Asking about one idea at a time rather than using double-barreled items (e.g., "How happy and engaged are you?").
- Using at least five response options to capture a wider range of perceptions.
Phrasing questions with positive language rather than using reverse-scored or negative language, which students tend to have trouble understanding.

Stakeholder survey items use response options that reinforce the central focus of the question. For example, a question like "How much do you enjoy your class?" might have the following responses to keep respondents focused on the idea of "enjoy" as they think about their response: 

Do not enjoy at all

Enjoy a little bit

Enjoy somewhat

Enjoy quite a bit

Enjoy a tremendous amount

 

An example question for each survey scale are included below: 

Scales about the Classroom and Teaching

- Pedagogical Effectiveness
How often does this teacher give you feedback that helps you learn?
Classroom Climate 
In this class, how much does the behavior of other students hurt or help your learning?
Classroom Rigorous Expectations
How often does this teacher take time to make sure you understand the material?
Classroom Engagement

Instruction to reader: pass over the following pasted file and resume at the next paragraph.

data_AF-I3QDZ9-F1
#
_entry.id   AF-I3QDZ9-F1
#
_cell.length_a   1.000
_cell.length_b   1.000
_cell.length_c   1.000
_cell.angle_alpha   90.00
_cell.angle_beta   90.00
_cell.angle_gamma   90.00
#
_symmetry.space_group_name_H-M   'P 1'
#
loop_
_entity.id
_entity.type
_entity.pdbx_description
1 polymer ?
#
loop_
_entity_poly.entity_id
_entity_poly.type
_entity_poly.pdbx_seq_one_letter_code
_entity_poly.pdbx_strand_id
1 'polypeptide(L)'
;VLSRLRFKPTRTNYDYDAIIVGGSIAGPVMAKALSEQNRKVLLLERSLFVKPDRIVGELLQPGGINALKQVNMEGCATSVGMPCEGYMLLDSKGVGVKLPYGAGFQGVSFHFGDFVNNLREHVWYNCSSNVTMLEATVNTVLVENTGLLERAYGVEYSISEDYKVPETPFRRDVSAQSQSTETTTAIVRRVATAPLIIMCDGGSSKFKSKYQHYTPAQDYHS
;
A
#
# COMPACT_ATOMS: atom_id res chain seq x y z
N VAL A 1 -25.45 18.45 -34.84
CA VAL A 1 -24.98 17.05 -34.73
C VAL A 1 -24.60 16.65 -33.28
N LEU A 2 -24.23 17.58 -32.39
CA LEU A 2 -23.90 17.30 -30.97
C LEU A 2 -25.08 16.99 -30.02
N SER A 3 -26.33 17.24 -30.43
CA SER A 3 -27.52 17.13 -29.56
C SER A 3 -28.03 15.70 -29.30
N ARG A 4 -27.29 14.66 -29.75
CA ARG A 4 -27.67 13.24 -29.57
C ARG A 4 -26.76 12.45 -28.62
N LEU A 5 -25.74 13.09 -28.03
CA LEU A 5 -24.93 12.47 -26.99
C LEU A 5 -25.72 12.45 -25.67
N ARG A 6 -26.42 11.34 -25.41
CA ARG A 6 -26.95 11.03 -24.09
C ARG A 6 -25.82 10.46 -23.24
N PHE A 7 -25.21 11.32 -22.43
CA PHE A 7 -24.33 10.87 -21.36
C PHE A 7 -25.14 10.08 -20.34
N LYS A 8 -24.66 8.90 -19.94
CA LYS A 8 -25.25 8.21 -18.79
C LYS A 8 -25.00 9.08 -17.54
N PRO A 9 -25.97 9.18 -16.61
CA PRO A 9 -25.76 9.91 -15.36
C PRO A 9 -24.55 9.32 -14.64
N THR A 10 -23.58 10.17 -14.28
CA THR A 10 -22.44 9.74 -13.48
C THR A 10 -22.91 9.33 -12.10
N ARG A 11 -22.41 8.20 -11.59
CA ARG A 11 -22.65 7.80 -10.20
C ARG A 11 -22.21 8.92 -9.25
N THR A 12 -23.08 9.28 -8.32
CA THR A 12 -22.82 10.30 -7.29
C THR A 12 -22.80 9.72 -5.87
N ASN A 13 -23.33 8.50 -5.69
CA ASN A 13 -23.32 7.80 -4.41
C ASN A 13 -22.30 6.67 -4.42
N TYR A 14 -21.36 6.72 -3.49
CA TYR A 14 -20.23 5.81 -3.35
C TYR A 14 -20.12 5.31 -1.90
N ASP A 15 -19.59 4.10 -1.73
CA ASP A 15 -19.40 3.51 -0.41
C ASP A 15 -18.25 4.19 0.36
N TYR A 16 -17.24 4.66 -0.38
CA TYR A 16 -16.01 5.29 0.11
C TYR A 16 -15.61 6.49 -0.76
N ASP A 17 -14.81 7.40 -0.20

How often do you get so focused on class activities that you lose track of time?
Classroom Teacher-Student Relationships
If you walked into class upset, how concerned would your teacher be?

Scales about the School
- School Belonging
How connected do you feel to the adults at your school?
Valuing of School
How much do you see yourself as someone who appreciates school
School Safety
How likely is it that someone from your school will bully you online?

What information is there regarding the reliability and validity of the Panorama Student Survey? 

Panorama developed the Panorama Student Survey as the first major survey instrument with the following essential properties:

Educator-focused design, including survey scales that equip teachers with feedback they can use to improve practice and enable educators to monitor student attitudes, beliefs, and values that are predictive of important outcomes;
- Theoretically-grounded, empirically-based design process that meets or exceeds standards of academic scholarship;
Adherence to best practices in survey design;
Allowing schools to customize the survey to their specific needs and teaching frameworks while retaining validity and reliability; and
Providing the survey instrument to any educator interested in improving pedagogical practice and student outcomes for free.

How will the survey data be used? 

The primary purpose of the survey is to provide valuable reflective information for educators who are working to improve the classroom and school learning environment. Teacher reflections of the Panorama Student Survey results are used to inform a teacher's Core Professionalism. Teachers may reflect upon their individual or school-level results as appropriate to their role in the school. Teachers should consult and collaborate with their evaluator on the acceptable documentation method of reflection. Data is also aggregated to provide school, complex- and state- level feedback. These data can be used to highlight priorities, track improvement and evaluate programs.